Neb­u­liz­er fails PhII COPD study, but Verona plans to march on

Billed as the first new class of bron­chodila­tor in more than four decades, Verona Phar­ma’s $VR­NA ex­per­i­men­tal neb­u­liz­er did not con­fer sta­tis­ti­cal­ly sig­nif­i­cant im­prove­ment on a mea­sure of lung func­tion in Phase II study in­volv­ing pa­tients with chron­ic ob­struc­tive pul­monary dis­ease (COPD) who were al­ready on in­haled long-act­ing bron­chodila­tors.

Verona has tout­ed the drug, known as en­sifen­trine or RPL554, as the first po­ten­tial ther­a­py for res­pi­ra­to­ry dis­eases that acts as both a bron­chodila­tor and an­ti-in­flam­ma­to­ry agent in a soli­tary com­pound. Two dos­es of the drug in a neb­u­lized for­mu­la­tion were be­ing test­ed in the three-day, place­bo-con­trolled tri­al as a main­te­nance treat­ment for 79 COPD pa­tients, who were al­ready on com­mon­ly used LAMA/LA­BA treat­ments.

Pa­tients re­ceived three days of treat­ment with each of two dose strengths (1.5 mg or 6 mg) of neb­u­lized en­sifen­trine or place­bo twice dai­ly. The pri­ma­ry end­point was im­prove­ment in lung func­tion with en­sifen­trine, as mea­sured by FEV1 (forced ex­pi­ra­to­ry vol­ume in one sec­ond), a stan­dard mea­sure of res­pi­ra­to­ry func­tion, four hours post-dose af­ter the morn­ing dose on day three.

Jan-An­ders Karls­son

The pri­ma­ry end­point of FEV1 was not found to be sta­tis­ti­cal­ly sig­nif­i­cant af­ter the morn­ing dose, al­though the small­er en­sifen­trine dose im­proved peak FEV1, the com­pa­ny said, adding that the im­prove­ment was main­tained through­out the 24-hour pe­ri­od on day 3. The com­pa­ny’s shares slumped about 36% in mid­day trad­ing.

How­ev­er, da­ta on sec­ondary end­points in­clud­ing peak FEV1 over time and re­duc­tions in resid­ual vol­ume were en­cour­ag­ing: Peak FEV1 af­ter evening dose on day 3 showed sta­tis­ti­cal­ly sig­nif­i­cant im­prove­ment with both dos­es, and sta­tis­ti­cal­ly sig­nif­i­cant re­duc­tions in mean resid­ual vol­ume were ob­served 15 min­utes fol­low­ing the evening dose on day 3, the Lon­don-based com­pa­ny said.

Over­all, the high­er dose did not re­sult in greater im­prove­ment in lung func­tion as com­pared with the 1.5 mg dose.

But Verona struck an up­beat tone. “Hav­ing demon­strat­ed in pre­vi­ous stud­ies the po­ten­tial of en­sifen­trine to de­liv­er ben­e­fits to pa­tients on no or sin­gle bron­chodila­tor ther­a­py, we be­lieve that this short study con­tin­ues to sup­port our view that en­sifen­trine may al­so be of ben­e­fit to more se­vere COPD pa­tients on dual and triple ther­a­py, for whom there are few oth­er treat­ment op­tions,” said Verona chief Jan-An­ders Karls­son in a state­ment.

“While we are dis­ap­point­ed that this ex­plorato­ry Phase 2 study did not achieve sta­tis­ti­cal sig­nif­i­cance for its pri­ma­ry end­point, these da­ta give us clar­i­ty on the de­sign…for fu­ture long-term stud­ies.”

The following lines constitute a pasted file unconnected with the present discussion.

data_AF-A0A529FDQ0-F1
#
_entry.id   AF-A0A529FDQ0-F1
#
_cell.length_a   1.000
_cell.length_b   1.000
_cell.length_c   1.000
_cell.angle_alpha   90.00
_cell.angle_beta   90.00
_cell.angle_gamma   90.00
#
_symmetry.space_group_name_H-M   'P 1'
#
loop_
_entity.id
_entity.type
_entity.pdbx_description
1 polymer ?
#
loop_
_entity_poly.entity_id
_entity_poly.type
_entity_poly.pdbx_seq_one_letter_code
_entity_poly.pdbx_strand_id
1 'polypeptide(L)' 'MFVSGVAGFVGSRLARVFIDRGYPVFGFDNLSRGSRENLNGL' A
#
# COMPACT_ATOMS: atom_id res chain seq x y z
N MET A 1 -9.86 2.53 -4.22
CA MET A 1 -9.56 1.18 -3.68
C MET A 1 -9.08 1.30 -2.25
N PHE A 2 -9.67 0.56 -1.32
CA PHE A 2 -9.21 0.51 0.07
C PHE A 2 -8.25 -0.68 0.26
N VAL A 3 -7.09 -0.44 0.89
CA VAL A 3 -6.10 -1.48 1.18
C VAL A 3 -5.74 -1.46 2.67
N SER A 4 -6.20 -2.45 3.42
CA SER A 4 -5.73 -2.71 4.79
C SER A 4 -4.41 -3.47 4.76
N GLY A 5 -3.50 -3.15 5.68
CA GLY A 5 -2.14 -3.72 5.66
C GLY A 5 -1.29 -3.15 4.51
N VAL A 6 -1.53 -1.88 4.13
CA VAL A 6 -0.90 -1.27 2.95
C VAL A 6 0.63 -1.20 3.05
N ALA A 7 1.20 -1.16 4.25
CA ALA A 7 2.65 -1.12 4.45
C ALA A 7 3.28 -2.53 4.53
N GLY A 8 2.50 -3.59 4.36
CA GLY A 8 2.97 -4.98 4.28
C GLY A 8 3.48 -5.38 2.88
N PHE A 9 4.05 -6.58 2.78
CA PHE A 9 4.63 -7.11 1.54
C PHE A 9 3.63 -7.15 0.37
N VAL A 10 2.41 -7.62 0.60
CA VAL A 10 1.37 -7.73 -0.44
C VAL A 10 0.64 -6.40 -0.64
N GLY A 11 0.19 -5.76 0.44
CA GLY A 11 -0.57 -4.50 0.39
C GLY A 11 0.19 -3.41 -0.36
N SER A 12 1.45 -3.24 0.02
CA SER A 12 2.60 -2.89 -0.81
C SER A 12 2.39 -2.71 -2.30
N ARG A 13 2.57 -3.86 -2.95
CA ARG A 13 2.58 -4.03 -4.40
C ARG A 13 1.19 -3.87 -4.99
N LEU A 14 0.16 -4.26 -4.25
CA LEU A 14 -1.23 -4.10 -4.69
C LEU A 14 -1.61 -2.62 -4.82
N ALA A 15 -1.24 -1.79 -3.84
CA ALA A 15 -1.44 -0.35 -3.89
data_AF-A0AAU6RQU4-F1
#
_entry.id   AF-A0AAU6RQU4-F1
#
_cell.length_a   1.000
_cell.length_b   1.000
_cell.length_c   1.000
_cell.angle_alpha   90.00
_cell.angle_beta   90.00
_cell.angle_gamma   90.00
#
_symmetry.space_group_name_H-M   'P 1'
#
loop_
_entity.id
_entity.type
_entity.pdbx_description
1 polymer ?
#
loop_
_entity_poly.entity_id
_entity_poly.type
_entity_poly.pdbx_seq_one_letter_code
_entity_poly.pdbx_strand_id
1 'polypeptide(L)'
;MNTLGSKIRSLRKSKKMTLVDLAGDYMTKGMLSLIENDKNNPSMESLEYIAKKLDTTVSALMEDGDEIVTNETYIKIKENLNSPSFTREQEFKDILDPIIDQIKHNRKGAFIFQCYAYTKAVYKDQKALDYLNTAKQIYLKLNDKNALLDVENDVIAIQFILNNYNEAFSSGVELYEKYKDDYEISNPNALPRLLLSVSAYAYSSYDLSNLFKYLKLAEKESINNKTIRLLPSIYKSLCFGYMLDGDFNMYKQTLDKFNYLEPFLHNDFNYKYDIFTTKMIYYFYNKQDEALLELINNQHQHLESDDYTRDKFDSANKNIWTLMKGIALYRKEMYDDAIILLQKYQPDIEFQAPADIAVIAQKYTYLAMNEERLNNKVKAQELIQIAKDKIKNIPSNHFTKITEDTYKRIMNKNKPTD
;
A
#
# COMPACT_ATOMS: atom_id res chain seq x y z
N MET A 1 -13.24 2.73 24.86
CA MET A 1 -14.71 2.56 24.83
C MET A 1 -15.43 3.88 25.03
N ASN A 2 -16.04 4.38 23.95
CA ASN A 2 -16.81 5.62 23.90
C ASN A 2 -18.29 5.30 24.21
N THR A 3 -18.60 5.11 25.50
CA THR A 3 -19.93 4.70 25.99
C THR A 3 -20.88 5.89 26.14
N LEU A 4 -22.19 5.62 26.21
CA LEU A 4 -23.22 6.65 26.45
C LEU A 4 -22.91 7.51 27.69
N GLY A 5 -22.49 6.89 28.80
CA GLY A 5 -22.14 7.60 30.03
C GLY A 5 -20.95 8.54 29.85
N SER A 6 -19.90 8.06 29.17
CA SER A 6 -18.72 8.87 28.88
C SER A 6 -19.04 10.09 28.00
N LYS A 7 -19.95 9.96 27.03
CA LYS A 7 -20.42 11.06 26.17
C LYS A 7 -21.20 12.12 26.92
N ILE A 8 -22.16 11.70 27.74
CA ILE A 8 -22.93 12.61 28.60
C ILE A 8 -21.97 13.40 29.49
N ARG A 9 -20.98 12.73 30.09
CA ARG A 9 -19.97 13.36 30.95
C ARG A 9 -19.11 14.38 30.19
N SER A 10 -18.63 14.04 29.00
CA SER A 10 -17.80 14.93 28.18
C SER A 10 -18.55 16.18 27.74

Sun­Trust Robin­son Humphrey’s Ed­ward Nash ap­peared to agree with the com­pa­ny’s as­sess­ment, say­ing that the tri­al’s main goal was not met due to an un­ex­pect­ed­ly high­er place­bo ef­fect – oth­er­wise the drug did show im­proved FEV1 on top of dual/triple ther­a­py in a very chal­leng­ing COPD pa­tient pop­u­la­tion.

“We be­lieve the FDA would wel­come the low­er dose from a safe­ty stand­point and be­lieve to­tal­i­ty of da­ta which in­cludes ~104mL and 127mL im­prove­ment on top of monother­a­py (tiotropi­um) back­ground and 40mL to 50mL FEV1 im­prove­ments seen in dual/triple back­ground ther­a­py re­port­ed to­day pro­vides a pos­i­tive clin­i­cal and com­mer­cial pro­file for en­sifen­trine.”

Of the pa­tients treat­ed with dual bron­chodila­tor (LAMA/LA­BA) and triple ther­a­py (LAMA/LA­BA/ICS), re­search sug­gests that up to 40% (ap­prox­i­mate­ly 800,000 pa­tients in the US alone) are un­con­trolled, re­main­ing symp­to­matic and at an in­creased risk of ex­ac­er­ba­tions, ac­cord­ing to Verona.

Da­ta have sug­gest­ed that en­sifen­trine is an ef­fec­tive ad­di­tion to sin­gle bron­chodila­tors. The com­pa­ny is cur­rent­ly con­duct­ing a Phase II tri­al to eval­u­ate a dry pow­der in­haler for­mu­la­tion of en­sifen­trine for the same pa­tient pop­u­la­tion, and plans to test en­sifen­trine in a me­tered-dose in­haler for­mu­la­tion in pa­tients with COPD. In ad­di­tion, the drug is al­so be­ing test­ed for use in cys­tic fi­bro­sis and asth­ma.

No­var­tis reshuf­fles its wild cards; Tough sell for Bio­gen? Googling pro­teins; Ken Fra­zier's new gig; and more

Welcome back to Endpoints Weekly, your review of the week’s top biopharma headlines. Want this in your inbox every Saturday morning? Current Endpoints readers can visit their reader profile to add Endpoints Weekly. New to Endpoints? Sign up here.

If you enjoy the People section in this report, you may also want to check out Peer Review, my colleagues Alex Hoffman and Kathy Wong’s comprehensive compilation of comings and goings in biopharma.

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Demis Hassabis, DeepMind CEO (Qianlong/Imaginechina via AP Images)

Google's Deep­Mind opens its pro­tein data­base to sci­ence — po­ten­tial­ly crack­ing drug R&D wide open